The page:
During a recent interview with Revolver, Greg Puciato opened up about the mental health issues he suffered during The Dillinger Escape Plan’s final tour. The frontman was struggling with a number of problems including anxiety, panic attacks, and hypochondria.
Puciato said the following:
“I was not in the right mindset to be playing shows when we did the last Dillinger tour. I was having a lot of anxiety, panic attacks, hypochondria — all these weird things that I’ve never experienced before. The band was ending and then things just kept happening. I didn’t even think we were gonna get through it.”
He went on to say the panic attacks seemed to surface after the band’s bus accident:
“I tore a quadriceps. See that? [Points to a bump on his leg] I’ve got a bump in my leg that’s like another kneecap. That’s my muscle torn and rolled up. I waited too long to have it fixed, because it basically needs to be sewn back to your kneecap right away. If 72 hours go by, they need to re-tear it and pull it back down.
By the time I got home from Poland, I didn’t want to have surgery right away. I was having all these anxiety attacks and I wanted to be left alone. I got home from the bus accident and was like a leaf in the wind. I got prescribed Lexapro and Xanax because of the level of panic and anxiety.”
Aside from that, Puciato also opened up about Chris Cornell’s death:
“We went out with Soundgarden and things were going well. Then we had like three days off in the middle of nowhere because we were switching off shows with The Pretty Reckless, so I flew home. I went straight to some bar downtown, grabbed a drink and then got a text from a buddy of mine that said, “Cornell?”
It made me think something had happened, but then I was like, “Couldn’t be — I saw that guy yesterday.” So I asked the bartender, “Did something happen to Chris Cornell?” And he goes, “Who’s that?” So I immediately felt old. [Laughs] But I looked him up on my phone and he came up dead.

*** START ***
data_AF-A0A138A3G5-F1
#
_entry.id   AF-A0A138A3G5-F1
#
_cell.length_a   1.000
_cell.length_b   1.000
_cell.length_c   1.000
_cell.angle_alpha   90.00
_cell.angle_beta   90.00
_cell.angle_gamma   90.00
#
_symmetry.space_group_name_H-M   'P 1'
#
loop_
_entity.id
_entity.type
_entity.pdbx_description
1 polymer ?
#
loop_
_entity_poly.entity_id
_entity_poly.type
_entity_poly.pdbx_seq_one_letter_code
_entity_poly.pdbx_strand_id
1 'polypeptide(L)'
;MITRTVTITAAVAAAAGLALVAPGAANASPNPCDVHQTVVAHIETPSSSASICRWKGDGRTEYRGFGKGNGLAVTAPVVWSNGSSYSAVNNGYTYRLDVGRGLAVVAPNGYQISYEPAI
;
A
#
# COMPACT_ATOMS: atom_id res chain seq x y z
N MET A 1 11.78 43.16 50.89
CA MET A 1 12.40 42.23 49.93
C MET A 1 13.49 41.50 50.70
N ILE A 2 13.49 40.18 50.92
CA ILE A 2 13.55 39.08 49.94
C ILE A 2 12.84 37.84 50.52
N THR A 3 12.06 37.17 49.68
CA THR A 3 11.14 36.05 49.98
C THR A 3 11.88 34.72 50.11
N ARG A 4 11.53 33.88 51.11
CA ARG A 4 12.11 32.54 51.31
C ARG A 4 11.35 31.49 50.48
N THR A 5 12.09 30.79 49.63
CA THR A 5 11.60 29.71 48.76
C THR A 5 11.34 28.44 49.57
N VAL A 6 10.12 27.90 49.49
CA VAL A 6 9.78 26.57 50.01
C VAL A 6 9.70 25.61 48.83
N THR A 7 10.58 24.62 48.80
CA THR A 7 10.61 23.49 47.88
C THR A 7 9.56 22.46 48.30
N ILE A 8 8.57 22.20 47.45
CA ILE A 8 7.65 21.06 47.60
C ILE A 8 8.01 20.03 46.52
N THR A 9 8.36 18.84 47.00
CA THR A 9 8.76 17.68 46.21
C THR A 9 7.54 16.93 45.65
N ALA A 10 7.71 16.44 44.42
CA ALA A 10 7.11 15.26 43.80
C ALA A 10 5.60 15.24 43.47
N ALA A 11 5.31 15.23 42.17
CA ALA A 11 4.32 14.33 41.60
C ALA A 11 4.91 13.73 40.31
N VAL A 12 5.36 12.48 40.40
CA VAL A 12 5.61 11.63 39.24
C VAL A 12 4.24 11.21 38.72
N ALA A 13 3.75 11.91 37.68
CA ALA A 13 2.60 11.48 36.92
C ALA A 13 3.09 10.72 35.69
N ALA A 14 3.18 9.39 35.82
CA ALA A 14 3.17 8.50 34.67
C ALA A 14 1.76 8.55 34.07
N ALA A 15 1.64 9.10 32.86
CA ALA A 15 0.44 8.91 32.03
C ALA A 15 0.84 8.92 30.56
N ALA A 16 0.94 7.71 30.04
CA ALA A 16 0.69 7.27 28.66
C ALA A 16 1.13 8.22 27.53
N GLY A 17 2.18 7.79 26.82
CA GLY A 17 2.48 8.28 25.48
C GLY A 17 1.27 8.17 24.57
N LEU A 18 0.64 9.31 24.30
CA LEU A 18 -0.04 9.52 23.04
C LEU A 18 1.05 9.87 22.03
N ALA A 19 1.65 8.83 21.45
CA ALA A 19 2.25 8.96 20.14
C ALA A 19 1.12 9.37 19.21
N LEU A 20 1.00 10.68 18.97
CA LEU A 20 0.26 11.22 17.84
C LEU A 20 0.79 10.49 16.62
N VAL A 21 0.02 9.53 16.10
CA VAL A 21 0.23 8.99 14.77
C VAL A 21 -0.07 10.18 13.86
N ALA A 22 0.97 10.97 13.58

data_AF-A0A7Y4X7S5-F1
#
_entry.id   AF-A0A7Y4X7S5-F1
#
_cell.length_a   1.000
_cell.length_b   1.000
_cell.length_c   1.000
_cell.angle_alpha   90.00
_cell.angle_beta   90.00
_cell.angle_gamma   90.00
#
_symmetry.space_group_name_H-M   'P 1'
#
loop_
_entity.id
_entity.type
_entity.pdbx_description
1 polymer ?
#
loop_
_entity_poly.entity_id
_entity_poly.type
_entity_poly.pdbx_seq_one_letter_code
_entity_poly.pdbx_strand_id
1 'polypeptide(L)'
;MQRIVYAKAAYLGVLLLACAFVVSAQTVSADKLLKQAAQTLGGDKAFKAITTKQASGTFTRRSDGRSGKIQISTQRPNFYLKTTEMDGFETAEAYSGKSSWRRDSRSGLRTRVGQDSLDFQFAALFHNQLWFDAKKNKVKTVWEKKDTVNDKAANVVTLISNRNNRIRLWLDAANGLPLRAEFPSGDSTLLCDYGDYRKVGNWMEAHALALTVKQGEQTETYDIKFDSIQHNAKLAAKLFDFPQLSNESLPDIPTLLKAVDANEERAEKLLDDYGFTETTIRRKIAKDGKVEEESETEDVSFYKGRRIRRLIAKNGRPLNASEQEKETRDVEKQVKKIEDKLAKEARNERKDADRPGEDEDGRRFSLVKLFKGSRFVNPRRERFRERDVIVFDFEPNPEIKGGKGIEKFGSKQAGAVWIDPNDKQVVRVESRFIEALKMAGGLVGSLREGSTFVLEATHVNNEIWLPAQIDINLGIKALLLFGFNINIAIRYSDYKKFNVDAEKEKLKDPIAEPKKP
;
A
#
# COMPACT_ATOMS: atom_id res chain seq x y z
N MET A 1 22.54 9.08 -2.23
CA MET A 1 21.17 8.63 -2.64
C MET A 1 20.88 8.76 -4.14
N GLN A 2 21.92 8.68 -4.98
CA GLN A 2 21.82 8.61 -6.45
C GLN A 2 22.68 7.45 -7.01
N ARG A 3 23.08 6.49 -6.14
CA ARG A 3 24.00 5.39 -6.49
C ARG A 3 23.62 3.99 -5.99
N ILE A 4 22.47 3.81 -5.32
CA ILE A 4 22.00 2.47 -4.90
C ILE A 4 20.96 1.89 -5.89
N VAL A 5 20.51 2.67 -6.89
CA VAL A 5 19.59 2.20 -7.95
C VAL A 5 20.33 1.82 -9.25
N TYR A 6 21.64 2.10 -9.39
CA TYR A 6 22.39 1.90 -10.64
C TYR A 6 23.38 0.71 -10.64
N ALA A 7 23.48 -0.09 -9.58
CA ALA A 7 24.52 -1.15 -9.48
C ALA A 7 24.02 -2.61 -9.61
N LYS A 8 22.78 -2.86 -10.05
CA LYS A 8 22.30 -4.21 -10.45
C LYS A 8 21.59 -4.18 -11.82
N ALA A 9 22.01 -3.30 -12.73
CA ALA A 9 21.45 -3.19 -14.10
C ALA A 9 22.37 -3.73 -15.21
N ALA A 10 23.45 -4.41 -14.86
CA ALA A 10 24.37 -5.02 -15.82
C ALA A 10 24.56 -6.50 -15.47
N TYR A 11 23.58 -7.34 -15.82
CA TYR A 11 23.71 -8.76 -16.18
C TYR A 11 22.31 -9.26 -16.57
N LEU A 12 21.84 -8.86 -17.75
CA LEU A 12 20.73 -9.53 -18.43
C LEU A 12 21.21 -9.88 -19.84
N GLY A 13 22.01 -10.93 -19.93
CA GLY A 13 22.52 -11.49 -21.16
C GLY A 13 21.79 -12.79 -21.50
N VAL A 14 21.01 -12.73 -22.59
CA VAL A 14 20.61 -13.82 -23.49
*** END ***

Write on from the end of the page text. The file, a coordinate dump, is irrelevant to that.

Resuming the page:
I went to [L.A. nightclub] the Lash and got more wasted than I got the night of the bus accident, which was more wasted than I had gotten in a long time. I woke up the next morning and I had gotten so fucked up that I couldn’t remember if everything that had happened was real. I went downstairs and turned on MTV Classic.
“Burden In My Hand” was on, so I just sat down and started crying. It was the weight of everything — the band ending, the record, plus the outlook for people with mental illness obviously being fucking terrible, seeing as how a guy who seemingly has it all had to hit eject by himself in a fucking hotel room in Detroit. I just had this feeling of like, “We need to get off this ride.” Everything felt symbolic at that point.”
He also added:
“It’s horrible. He was an addict. He went through it, you know? But I think it’s incorrect when people say addiction is a disease. I think it’s a symptom of trying to cope with something else. Here’s this guy with a beautiful family; he has his band back together, he has a solo career on the side, he looks great, he sounds great — he went through some shit and came out on the other side.
I looked at him on that tour and thought he’d made it over the hump, you know? But then that happened and you realize nothing is as it seems, and this is gonna end poorly for all of us. We’re all gonna be miserable forever or fighting something forever until it gets the best of us. That’s what shook me — not the loss of the rest of the Soundgarden shows.”